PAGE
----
The first song I heard from Pearl Jam was “Alive”. I saw the video on 120 Minutes (an alternative music show) on MTV. I remember going out and buying the tape (yes…a cassette) and listening to it over and over again. In the late 80s and very early 90s, I was a metalhead and listened to bands like Metallica, Anthrax and Slayer. After listening to Pearl Jam and Nirvana, my whole perspective on music changed and I was listening to bands like the Butthole Surfers, NIN, Ministry, Soundgarden and so on.
I’m not going to claim that I am the biggest Pearl Jam fan, but I am a fan of their music for sure. I have bought most, if not all, of their albums over the past 20 years and still break them out on occasion. I can be caught singing “Alive”, “Jeremy”, “Better Man”, “Even Flow” and a number of other songs in my car.
My point is, I know this band, and I definitely have an idea of what their music should taste like.
Thinking about the quintessential Pearl Jam song, “Jeremy”, I can see sitting back to something malty and hoppy, something that warms up the palate as well as the stomach, a slow drinking beer that gives me a good mellow buzz. Maybe an American Barley Wine-style beer, like Sierra Nevada’s Bigfoot, or possibly an Imperial Stout brewed with peyote jam (insider joke). Even when considering other songs in their backlog, I envision a flavor profile like this; malty, hoppy, sweet, dark, not overly complex but not overly simplified.
Enter Dogfish Head. To help celebrate Pearl Jam’s 20 years since the release of their first album, Ten, Dogfish Head brewed a beer and announced a $20,000 donation to The Nature Conservancy. The beer is decribed from Dogfish Head’s website as, ” a Belgian-style golden ale is delicately hopped to 20 IBUs and fruit-forward from 10 incremental additions of black currants over a one-hour boil. Faithfull clocks in at 7% ABV.”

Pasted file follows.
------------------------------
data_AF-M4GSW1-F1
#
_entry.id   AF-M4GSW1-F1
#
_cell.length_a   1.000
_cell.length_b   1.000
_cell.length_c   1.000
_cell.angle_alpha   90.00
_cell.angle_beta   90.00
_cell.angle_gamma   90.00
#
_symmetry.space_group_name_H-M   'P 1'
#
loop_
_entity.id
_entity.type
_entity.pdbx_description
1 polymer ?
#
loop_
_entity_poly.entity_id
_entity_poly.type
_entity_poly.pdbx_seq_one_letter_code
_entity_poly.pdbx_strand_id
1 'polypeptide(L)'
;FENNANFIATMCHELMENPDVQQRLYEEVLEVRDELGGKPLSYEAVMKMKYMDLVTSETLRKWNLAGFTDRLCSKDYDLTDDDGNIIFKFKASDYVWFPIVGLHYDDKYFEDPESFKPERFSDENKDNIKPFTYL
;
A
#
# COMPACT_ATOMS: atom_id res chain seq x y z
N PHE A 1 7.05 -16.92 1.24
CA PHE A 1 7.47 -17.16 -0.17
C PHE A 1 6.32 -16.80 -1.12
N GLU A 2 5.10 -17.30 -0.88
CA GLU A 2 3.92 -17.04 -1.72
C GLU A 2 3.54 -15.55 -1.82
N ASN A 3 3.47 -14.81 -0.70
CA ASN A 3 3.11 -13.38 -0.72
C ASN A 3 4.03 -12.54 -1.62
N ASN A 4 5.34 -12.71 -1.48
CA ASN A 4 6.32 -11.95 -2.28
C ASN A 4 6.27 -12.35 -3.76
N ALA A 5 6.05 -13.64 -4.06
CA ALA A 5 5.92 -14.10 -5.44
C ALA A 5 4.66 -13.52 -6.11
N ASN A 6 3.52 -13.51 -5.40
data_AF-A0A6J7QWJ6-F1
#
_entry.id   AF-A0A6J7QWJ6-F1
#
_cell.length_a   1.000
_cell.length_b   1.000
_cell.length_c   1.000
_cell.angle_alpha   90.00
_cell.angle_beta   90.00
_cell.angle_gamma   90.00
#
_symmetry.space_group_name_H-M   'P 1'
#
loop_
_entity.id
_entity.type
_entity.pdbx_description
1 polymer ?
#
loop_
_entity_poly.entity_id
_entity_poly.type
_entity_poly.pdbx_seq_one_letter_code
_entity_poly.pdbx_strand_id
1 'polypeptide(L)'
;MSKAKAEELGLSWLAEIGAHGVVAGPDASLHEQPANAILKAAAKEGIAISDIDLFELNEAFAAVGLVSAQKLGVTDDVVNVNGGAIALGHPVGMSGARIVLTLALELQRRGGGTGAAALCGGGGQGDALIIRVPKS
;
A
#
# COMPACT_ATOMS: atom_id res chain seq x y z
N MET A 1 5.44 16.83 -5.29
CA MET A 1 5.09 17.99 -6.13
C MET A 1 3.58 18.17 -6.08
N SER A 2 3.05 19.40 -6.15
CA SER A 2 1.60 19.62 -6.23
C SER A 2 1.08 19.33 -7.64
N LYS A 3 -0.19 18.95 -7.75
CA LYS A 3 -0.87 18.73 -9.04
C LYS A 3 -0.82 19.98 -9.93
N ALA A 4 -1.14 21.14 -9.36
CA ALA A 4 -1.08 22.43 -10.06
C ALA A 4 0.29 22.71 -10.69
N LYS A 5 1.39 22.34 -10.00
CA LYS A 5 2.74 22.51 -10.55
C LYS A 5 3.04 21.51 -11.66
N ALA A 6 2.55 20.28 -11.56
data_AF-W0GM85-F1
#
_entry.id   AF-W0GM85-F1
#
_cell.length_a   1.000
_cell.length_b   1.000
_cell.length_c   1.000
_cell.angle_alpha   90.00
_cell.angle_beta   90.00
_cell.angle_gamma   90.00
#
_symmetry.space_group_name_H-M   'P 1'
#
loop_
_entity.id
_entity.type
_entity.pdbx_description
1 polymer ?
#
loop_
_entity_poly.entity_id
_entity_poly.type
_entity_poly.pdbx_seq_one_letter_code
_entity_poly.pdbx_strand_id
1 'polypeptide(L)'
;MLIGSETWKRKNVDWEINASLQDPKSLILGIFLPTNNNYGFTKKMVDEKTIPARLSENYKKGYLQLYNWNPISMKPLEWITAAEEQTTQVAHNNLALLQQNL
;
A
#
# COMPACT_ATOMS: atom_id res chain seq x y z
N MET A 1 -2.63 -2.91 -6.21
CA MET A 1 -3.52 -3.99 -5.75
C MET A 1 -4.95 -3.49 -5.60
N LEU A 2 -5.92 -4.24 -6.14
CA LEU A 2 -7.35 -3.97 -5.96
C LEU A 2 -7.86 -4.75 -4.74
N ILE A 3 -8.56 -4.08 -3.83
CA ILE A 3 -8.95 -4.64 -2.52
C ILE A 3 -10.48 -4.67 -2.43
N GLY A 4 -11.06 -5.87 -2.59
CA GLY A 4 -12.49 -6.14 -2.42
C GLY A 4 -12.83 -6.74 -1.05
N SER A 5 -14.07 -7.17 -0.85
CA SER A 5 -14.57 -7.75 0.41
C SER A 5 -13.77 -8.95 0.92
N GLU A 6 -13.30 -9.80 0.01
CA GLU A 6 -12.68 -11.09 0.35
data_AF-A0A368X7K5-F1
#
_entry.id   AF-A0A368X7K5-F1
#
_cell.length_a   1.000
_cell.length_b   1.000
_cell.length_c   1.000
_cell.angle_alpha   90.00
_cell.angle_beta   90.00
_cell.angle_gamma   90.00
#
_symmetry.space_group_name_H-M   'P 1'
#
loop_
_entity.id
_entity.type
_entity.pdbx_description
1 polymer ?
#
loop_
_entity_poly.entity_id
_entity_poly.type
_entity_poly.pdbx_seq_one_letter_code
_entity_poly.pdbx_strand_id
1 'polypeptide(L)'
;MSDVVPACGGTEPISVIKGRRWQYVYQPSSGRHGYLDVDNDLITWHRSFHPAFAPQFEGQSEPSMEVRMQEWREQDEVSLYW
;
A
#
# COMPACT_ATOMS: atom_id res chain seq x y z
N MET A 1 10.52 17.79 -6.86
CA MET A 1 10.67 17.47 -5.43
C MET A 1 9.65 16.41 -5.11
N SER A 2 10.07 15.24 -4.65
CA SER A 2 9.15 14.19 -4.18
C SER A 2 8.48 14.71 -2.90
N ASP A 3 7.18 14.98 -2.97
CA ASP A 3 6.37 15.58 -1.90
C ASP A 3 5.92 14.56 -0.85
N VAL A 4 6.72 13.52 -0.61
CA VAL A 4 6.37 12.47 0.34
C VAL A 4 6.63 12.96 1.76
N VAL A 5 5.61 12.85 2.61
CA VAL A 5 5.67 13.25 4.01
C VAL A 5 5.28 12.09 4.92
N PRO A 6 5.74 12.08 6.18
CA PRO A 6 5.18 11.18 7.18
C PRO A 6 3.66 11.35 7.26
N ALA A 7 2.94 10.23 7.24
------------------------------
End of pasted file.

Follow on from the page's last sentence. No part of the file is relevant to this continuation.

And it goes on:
What? This does not sound anything like what I was envisioning. A golden ale? Delicately hopped? Black Currants? 7% ABV???? I started to question this beer immediately. I was expecting a dark, heavily hopped, high-ABV beer. Let’s see if this works…
The beer pours a clear golden-amber. The head is thick and fluffy. Small, tight bubbles float to the top from the center of the glass in a tight, cyclonic swirl.
Smell? Mouth-feel? Please…this is an AntiReview. Smalls like I want to drink it. Feels like liquid. There.
The taste is slightly sour and slightly sweet. I have no frikkin idea what currants taste like, but there is a sour fruitiness to the beer, sort of like apricots. If I were to compare this to other golden ales, say Duvel, I’d say it’s pretty average. It doesn’t pop for me like other Dogfish Head beers do. In a word…meh.
Does this exemplify Pearl Jam in a bottle? I don’t think so. I’ll admit that a golden ale could work as a Pearl Jam beer after tasting this and considering the possibilities, but it would still be vastly different in my mind. Maybe a hoppy golden ale with a jacked up ABV aged in barrels. Or something like that.
I’m still left trying to figure out this beer. It’s OK on its own, but I still don’t get the Pearl Jam relation. Golden anniversary? Nope, that’s 50 years. Currants? That I don’t get at all. What do currants have to do with Pearl Jam? Any songs? [EDIT: There is a Pearl Jam song named Faithfull from the album Yield, damn good song too] History? Oh well. Maybe something I’m missing that someone can enlighten me about.
The beer is highly sought after by beer geeks. It’s cool to find and have in your collection, sure, but as a beer on its own, it’s not really outstanding. Just average.